Medicaid is a source of health coverage for millions of people across America. Despite its popularity, it’s still very confusing what Medicaid does or doesn’t cover. Primarily for elderly adults, those who are low-income, or dependent children, Medicaid is a great source of security. Still, it doesn’t cover everything, especially when it comes to final expenses.
Jump ahead to these sections:
- Will Medicaid Cover Cremation?
- How to Earmark Funds to Cover a Future Cremation
- Tips on Getting a Low-Cost or Free Cremation
One of the most common questions is whether or not Medicaid covers cremation costs. The cost of a funeral or final expenses can be expensive, costing families upwards of $1,000+. With rising costs like these, it’s not surprising more families are looking for ways to make ends meet when saying goodbye to loved ones.
While there are some Medicaid funeral assistance benefits, it’s important to understand exactly what’s covered. In this guide, we’ll share the details on what you can expect Medicaid to pay for after a loss. In other words, does Medicaid cover cremation costs or burial costs? Let’s find out.
Will Medicaid Cover Cremation?
First, it’s always important to notify Medicaid of a death. This ensures you have access to the most benefits as possible quickly. However, Medicaid doesn’t cover the cost of cremation or burial specifically. Because funeral expenses aren’t considered medical expenses (since they happen after death), they aren’t covered under any of the branches of Medicare.
Still, if your loved one has Medicare Advantage coverage, they might have some assistance available. While rules vary by state, Medicare Advantage is more flexible than the other types of Medicaid. Under a Medicare Medical Savings Account (MSA), money is set aside into a healthcare savings account under Medicare Advantage.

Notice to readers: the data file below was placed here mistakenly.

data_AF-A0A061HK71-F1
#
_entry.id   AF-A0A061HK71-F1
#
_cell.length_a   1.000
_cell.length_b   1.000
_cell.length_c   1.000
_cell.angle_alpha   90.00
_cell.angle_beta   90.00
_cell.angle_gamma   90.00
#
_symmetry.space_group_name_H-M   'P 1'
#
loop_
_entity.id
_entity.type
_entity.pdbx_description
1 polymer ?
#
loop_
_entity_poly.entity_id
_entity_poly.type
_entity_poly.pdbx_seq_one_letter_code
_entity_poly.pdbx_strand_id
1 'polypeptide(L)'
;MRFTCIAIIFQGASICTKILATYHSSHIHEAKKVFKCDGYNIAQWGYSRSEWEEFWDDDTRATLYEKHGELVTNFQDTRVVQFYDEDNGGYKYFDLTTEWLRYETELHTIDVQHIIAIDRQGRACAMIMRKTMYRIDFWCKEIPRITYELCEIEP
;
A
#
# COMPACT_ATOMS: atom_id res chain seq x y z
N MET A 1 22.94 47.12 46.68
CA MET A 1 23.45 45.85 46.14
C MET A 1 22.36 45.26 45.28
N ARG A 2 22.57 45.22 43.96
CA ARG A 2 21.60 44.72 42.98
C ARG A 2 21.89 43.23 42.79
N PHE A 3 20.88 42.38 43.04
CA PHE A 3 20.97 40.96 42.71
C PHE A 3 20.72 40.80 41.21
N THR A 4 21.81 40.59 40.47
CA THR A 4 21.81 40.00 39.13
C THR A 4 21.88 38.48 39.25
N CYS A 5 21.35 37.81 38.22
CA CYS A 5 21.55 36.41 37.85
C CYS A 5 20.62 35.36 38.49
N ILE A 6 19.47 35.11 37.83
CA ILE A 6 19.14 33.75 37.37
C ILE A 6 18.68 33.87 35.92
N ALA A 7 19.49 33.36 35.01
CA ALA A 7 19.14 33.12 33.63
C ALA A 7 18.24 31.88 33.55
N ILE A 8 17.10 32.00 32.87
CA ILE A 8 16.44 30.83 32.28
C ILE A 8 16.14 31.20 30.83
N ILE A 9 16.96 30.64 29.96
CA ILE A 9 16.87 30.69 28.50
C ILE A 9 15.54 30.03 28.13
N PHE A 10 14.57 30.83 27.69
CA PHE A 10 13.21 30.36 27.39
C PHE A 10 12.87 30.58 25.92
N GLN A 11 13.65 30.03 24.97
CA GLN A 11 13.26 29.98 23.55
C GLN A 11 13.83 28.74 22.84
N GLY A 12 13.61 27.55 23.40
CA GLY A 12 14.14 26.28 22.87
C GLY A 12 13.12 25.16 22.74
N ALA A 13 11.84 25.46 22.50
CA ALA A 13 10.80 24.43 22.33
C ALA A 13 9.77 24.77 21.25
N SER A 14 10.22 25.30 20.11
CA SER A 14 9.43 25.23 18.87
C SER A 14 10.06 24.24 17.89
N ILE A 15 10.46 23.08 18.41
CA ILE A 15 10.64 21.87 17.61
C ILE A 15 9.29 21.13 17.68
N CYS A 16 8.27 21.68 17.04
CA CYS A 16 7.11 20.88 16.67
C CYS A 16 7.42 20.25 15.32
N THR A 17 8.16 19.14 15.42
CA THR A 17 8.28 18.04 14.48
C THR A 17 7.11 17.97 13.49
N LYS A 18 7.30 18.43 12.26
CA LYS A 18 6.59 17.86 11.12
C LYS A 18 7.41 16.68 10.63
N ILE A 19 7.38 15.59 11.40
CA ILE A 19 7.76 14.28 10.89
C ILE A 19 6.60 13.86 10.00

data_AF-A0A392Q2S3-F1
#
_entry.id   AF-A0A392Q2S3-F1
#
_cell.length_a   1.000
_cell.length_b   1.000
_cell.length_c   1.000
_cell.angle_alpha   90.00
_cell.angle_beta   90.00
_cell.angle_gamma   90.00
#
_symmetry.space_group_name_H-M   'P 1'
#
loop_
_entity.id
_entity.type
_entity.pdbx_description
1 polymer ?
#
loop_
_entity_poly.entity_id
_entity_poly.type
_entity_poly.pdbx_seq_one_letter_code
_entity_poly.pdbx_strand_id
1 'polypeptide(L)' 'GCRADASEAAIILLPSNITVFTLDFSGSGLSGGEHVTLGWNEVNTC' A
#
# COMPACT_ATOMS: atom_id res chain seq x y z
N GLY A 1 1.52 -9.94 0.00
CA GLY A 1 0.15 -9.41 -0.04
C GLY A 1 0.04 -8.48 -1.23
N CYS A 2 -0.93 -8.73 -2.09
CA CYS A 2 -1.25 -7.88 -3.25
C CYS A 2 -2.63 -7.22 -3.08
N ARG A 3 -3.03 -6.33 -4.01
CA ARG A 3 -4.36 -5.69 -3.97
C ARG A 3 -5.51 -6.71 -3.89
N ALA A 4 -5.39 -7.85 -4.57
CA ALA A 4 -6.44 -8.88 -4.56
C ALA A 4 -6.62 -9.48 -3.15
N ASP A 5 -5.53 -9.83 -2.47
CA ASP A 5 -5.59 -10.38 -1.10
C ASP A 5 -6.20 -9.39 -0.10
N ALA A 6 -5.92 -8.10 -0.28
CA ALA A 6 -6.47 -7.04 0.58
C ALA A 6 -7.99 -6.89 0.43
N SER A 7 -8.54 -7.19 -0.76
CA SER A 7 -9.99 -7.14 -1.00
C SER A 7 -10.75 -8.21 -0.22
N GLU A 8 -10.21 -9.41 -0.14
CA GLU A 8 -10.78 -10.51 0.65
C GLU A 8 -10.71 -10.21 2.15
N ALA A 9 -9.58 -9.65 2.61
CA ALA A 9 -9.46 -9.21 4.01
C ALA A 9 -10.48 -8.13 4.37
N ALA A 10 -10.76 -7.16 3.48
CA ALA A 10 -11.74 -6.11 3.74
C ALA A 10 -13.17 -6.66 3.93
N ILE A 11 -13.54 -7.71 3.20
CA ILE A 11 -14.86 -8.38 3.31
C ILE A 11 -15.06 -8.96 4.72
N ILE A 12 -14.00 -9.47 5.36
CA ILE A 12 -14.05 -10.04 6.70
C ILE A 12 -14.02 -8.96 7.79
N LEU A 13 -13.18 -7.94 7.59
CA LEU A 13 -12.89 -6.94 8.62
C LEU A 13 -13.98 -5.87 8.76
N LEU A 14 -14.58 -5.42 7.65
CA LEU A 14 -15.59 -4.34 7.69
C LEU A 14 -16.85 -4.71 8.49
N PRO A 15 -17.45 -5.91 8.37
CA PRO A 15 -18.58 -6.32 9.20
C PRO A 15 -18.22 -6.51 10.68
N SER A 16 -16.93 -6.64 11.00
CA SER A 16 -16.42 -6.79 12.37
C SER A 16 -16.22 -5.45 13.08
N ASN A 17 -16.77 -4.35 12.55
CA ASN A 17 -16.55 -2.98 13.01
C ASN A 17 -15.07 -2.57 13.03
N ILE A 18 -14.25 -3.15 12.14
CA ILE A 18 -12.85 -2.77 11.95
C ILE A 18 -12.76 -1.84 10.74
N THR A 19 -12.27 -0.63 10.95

After death, any funds left in an MSA are considered part of the estate. That means it can usually be used to pay for funeral expenses, including cremation. Many people who have Medicare qualify for a Medicare Savings Account, and this is a great alternative to final expense insurance or life insurance.
Does Medicare cover funeral costs in some states?
Medicare is largely based on your location. It’s managed by individual state governments, so some states have their own regulations when it comes to funeral expenses. In some states, funeral assistance is included under Medicaid.
For example, in Colorado, Medicaid beneficiaries can access up to $1,500 in funeral assistance. This is true in a handful of other states as well, but the amount available varies. Even if you’re not in a state that offers Medicaid coverage for final expenses, there might be other ways to find funds.
How to Earmark Funds to Cover a Future Cremation
Since Medicaid doesn’t cover the cost of a future cremation on its own, it’s important to be proactive with your planning. The more you think ahead, the less likely this burden falls onto your surviving family members. One option is called an Irrevocable Funeral Trust (IFT). Here are the steps to take if you decide an IFT is right for you.